Emory University is a unique educational offering: the Methodist school, founded in 1836, gives students the option of attending its original, 19th century rural campus, known as “Oxford College,” or its new, urban campus in nearby Atlanta for the freshman and sophomore years. Business administration and management is the most popular major followed by biology, nursing, economics and psychology. With under 8,000 students and a ranking in the top 20 for national universities from “U.S. News & World Report,” Emory isn’t exactly easy to get into. Students who want to attend should plan early and keep several requirements in mind. Emory's high tuition is offset by generous financial aid packages to eligible students. In 2018-2019, the average financial aid award was $44,168 at Emory College and $36,074 at Oxford College.

Understand Emory University Requirements

Emory requires high school students seeking admission to submit two letters of evaluation from two different high school teachers who know them well. Students should do this late in their junior year in order to give overwhelmed instructors time before the November 1st Early Decision and Scholar deadline. Teacher evaluations offer insight into the applicant's scholastic aptitude and fit with the service minded Emory student body. For instance, approximately 80 percent of Emory students hold campus leadership roles and volunteer in the community.

College Facts and Stats about Emory University

Emory applicants are also required to submit SAT or ACT scores with their applications. To have their scores ready by the application deadline, students will want to take the SAT or ACT no later than the summer before their junior year. The average combined SAT score at Emory is 2,097, while the average ACT score is 31.

Submit Academic Transcripts

Students must submit a transcript of their school records thus far with their Emory application. In the senior year, a mid-year transcript and a final transcript is sent to Emory after the application process is complete. To be competitive, Emory applicants must have completed four years of high school English, two years of high school history, two years of high school social studies, and two years of high school science lab. Emory only requires three years of math and two years of science and foreign language, but it prefers to admit students who have studied each of those subjects for four years. It also prefers students to have taken at least one fine art course. The average high school GPA of an Emory student is 3.84.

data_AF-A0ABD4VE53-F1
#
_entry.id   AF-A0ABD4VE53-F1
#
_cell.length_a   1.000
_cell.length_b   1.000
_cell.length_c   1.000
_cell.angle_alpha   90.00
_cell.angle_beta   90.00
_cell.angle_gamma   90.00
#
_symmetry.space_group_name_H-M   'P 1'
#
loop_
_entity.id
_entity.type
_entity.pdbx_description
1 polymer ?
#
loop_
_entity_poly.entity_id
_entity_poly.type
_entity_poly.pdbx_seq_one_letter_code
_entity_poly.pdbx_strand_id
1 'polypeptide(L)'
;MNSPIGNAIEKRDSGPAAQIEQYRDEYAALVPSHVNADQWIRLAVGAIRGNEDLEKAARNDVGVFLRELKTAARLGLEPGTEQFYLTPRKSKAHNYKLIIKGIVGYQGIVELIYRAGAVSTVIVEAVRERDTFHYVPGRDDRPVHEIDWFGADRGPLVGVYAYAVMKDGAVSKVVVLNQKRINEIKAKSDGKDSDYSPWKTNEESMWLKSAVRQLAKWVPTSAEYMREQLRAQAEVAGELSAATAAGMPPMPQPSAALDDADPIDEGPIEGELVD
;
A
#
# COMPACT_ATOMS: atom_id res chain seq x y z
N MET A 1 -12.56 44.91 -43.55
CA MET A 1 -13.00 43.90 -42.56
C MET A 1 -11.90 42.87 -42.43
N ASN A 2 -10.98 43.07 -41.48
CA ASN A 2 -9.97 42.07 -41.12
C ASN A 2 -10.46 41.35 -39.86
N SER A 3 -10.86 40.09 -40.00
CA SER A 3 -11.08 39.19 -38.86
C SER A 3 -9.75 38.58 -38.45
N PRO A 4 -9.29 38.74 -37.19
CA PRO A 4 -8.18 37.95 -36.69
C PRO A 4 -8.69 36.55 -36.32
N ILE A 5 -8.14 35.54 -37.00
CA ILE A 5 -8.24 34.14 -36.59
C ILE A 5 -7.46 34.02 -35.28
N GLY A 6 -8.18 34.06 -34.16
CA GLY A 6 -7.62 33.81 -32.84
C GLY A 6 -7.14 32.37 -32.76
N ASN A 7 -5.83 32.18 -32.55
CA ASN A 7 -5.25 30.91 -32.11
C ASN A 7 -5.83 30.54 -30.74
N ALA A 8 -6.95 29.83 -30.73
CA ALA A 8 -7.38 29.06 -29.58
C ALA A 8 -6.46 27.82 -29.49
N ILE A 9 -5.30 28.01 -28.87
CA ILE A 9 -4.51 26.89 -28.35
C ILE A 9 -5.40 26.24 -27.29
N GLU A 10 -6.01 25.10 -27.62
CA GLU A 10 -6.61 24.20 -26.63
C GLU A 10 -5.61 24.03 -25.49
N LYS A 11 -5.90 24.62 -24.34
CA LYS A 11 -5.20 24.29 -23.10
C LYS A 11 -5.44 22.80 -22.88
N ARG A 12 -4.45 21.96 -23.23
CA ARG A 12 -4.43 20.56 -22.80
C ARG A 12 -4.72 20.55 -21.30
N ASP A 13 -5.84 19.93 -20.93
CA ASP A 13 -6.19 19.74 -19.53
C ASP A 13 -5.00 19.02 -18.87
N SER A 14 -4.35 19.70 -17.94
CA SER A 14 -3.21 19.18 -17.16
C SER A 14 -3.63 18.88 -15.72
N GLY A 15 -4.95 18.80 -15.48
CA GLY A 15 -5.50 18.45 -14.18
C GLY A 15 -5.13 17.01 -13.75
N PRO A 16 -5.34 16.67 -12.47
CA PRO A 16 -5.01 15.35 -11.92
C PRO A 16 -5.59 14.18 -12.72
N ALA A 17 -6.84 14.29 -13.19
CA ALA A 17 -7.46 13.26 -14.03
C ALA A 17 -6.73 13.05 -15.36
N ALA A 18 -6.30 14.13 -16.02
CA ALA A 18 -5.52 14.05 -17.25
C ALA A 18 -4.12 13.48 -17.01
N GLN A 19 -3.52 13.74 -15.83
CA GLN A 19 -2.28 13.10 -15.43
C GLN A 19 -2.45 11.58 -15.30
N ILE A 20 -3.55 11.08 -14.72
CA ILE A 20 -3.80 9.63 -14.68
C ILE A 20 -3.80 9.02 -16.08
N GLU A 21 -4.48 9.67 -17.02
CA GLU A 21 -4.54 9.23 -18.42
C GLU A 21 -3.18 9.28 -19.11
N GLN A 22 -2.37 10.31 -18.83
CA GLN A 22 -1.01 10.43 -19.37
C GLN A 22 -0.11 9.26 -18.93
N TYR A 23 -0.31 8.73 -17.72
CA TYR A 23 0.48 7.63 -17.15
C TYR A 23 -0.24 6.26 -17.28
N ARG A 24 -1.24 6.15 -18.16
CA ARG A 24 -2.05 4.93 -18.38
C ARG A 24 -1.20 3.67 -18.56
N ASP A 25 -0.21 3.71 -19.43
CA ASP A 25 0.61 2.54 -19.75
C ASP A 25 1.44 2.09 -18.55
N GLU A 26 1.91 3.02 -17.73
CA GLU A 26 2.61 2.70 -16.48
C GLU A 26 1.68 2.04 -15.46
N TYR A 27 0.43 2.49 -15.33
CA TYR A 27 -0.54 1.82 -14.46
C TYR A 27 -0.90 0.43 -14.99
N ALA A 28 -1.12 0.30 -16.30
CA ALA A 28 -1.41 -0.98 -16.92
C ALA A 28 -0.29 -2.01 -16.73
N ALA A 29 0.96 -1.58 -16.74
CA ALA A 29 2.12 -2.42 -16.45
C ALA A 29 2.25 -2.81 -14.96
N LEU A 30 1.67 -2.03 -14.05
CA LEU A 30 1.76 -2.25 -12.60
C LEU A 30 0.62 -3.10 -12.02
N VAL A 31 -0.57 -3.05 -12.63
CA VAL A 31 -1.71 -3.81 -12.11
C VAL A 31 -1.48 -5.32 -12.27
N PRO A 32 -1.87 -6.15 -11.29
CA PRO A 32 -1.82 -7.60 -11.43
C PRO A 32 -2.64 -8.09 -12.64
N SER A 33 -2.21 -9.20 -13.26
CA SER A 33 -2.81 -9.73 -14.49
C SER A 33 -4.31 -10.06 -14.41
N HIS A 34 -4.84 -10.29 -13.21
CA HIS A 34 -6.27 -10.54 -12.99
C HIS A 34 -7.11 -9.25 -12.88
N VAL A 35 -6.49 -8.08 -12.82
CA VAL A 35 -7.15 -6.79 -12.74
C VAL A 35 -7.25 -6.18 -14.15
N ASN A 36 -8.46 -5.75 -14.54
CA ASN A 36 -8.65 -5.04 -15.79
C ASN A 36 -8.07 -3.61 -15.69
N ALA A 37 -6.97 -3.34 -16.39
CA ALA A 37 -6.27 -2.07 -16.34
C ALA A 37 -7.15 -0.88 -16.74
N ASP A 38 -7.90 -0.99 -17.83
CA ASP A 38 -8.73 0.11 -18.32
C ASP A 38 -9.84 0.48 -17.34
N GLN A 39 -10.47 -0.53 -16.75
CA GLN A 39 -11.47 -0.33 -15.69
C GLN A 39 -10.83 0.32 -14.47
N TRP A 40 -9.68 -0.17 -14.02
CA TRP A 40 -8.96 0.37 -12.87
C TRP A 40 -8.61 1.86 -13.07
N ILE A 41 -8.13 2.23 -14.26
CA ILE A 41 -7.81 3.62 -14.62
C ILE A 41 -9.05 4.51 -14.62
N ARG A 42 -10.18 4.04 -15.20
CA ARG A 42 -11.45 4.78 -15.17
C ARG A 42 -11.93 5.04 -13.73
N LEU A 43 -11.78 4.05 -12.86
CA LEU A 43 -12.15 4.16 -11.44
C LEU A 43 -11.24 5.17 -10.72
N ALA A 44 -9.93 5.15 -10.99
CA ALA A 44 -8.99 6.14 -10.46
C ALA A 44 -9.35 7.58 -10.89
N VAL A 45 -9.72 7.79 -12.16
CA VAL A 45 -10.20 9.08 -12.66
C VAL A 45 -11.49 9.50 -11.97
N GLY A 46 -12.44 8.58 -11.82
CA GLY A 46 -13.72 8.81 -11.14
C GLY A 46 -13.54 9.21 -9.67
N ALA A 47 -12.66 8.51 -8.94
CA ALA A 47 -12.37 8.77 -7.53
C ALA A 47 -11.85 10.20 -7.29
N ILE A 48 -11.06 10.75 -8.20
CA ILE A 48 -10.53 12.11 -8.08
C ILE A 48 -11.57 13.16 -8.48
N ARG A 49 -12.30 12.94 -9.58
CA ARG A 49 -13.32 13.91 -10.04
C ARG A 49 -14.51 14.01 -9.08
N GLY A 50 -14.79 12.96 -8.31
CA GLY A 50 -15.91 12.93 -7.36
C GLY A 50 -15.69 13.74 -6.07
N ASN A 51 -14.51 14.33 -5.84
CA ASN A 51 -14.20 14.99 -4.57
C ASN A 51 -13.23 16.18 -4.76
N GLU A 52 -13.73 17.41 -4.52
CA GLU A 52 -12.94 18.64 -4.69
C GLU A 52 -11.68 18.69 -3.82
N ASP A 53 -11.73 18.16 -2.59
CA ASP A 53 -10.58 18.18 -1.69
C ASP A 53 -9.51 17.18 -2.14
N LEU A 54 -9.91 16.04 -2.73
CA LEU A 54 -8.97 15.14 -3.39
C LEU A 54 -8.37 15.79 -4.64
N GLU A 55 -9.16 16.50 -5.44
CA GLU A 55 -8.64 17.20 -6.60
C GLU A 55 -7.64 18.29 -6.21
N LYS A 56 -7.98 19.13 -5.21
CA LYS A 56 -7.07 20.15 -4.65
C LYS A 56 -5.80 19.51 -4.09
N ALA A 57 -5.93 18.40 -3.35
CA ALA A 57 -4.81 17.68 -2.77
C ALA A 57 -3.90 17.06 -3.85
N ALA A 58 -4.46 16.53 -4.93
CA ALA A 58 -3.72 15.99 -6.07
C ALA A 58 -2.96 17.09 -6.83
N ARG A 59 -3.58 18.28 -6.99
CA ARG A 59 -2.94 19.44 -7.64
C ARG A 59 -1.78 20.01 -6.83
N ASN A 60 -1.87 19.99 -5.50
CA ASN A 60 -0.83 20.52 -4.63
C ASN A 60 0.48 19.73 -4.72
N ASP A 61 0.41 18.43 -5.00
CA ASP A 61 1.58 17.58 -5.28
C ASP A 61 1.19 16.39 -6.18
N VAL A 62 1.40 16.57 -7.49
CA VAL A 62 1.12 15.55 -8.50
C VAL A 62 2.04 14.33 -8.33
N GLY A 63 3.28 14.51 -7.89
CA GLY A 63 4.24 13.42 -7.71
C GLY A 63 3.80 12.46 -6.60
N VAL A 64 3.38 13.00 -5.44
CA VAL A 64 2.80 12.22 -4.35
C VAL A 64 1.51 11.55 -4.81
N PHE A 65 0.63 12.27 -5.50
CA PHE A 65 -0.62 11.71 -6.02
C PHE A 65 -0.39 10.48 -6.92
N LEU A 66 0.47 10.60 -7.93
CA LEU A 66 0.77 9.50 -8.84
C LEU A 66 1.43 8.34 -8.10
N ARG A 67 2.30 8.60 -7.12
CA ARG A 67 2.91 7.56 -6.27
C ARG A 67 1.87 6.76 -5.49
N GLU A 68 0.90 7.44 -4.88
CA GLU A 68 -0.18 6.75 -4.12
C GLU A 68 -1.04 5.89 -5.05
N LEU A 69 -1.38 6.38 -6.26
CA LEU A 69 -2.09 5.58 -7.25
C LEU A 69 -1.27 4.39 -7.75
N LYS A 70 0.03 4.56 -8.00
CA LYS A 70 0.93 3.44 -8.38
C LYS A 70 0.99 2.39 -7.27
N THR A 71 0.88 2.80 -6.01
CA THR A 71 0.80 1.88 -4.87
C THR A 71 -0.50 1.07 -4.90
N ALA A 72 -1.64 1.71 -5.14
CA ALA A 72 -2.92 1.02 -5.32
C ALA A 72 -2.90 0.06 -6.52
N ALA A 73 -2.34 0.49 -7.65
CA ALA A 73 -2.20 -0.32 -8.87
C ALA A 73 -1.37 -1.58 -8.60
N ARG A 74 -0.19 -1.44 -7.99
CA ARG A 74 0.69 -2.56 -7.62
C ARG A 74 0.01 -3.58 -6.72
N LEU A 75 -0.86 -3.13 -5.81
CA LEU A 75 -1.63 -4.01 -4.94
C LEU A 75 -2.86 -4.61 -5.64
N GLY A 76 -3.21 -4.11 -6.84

Finish Common Application and Supplement

As soon as a student decides to apply to Emory, they should retrieve Emory’s Common Application Supplement from the university’s web site and submit the completed form to the Emory admission office. This process allows the school to send you information targeted to your particular interests and career path. Emory only accepts the Common Application, which serves many colleges and universities across the United States and is found online. Students can apply to Emory and Oxford College simultaneously through the same application. The application fee is $75.

Meet Emory University Admissions Deadlines

Any student who want to be considered for Emory’s Scholars Program, an honors program that provides merit-based scholarships, should apply by November 1st regardless of whether or not they actually intend to matriculate at Emory. Students who would like to apply as Early Decision candidates (meaning they agree to attend Emory if accepted) must also apply by November 1st. Early Decision candidates receive their notifications by December 15. An Early Decision II deadline falls on January 1st for students who missed the first deadline but are still willing to commit to Emory if accepted. Regular candidates should submit their materials by January 15th.

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About the Author

Laura Holland Fletcher has graduate level training in ESL, linguistics and the teaching of writing. She taught ESL and college writing for more than 10 years in both the US and Asia. She also writes for local and national magazines that cover legal, educational and social justice issues.